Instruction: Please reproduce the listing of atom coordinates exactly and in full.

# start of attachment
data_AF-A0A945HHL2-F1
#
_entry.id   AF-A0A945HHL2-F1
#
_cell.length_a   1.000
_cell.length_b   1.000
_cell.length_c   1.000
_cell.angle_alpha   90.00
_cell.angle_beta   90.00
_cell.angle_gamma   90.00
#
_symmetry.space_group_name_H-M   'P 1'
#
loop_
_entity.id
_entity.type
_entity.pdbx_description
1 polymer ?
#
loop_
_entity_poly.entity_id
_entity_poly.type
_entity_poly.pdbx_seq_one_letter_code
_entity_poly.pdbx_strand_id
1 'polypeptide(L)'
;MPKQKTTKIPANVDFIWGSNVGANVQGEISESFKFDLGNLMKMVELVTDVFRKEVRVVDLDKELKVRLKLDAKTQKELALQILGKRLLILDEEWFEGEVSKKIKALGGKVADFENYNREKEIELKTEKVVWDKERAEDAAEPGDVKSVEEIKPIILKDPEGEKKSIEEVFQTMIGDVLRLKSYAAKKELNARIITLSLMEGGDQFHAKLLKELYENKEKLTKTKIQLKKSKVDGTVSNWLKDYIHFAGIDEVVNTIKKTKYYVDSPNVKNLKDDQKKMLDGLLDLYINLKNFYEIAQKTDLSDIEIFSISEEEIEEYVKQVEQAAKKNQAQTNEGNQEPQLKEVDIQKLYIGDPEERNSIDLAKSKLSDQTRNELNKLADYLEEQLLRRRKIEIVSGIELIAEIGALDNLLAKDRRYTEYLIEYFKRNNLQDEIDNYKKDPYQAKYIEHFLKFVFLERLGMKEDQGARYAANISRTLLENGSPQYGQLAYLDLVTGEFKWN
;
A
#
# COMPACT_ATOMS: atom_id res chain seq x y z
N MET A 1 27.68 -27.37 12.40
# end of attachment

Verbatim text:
data_AF-A0A945HHL2-F1
#
_entry.id   AF-A0A945HHL2-F1
#
_cell.length_a   1.000
_cell.length_b   1.000
_cell.length_c   1.000
_cell.angle_alpha   90.00
_cell.angle_beta   90.00
_cell.angle_gamma   90.00
#
_symmetry.space_group_name_H-M   'P 1'
#
loop_
_entity.id
_entity.type
_entity.pdbx_description
1 polymer ?
#
loop_
_entity_poly.entity_id
_entity_poly.type
_entity_poly.pdbx_seq_one_letter_code
_entity_poly.pdbx_strand_id
1 'polypeptide(L)'
;MPKQKTTKIPANVDFIWGSNVGANVQGEISESFKFDLGNLMKMVELVTDVFRKEVRVVDLDKELKVRLKLDAKTQKELALQILGKRLLILDEEWFEGEVSKKIKALGGKVADFENYNREKEIELKTEKVVWDKERAEDAAEPGDVKSVEEIKPIILKDPEGEKKSIEEVFQTMIGDVLRLKSYAAKKELNARIITLSLMEGGDQFHAKLLKELYENKEKLTKTKIQLKKSKVDGTVSNWLKDYIHFAGIDEVVNTIKKTKYYVDSPNVKNLKDDQKKMLDGLLDLYINLKNFYEIAQKTDLSDIEIFSISEEEIEEYVKQVEQAAKKNQAQTNEGNQEPQLKEVDIQKLYIGDPEERNSIDLAKSKLSDQTRNELNKLADYLEEQLLRRRKIEIVSGIELIAEIGALDNLLAKDRRYTEYLIEYFKRNNLQDEIDNYKKDPYQAKYIEHFLKFVFLERLGMKEDQGARYAANISRTLLENGSPQYGQLAYLDLVTGEFKWN
;
A
#
# COMPACT_ATOMS: atom_id res chain seq x y z
N MET A 1 27.68 -27.37 12.40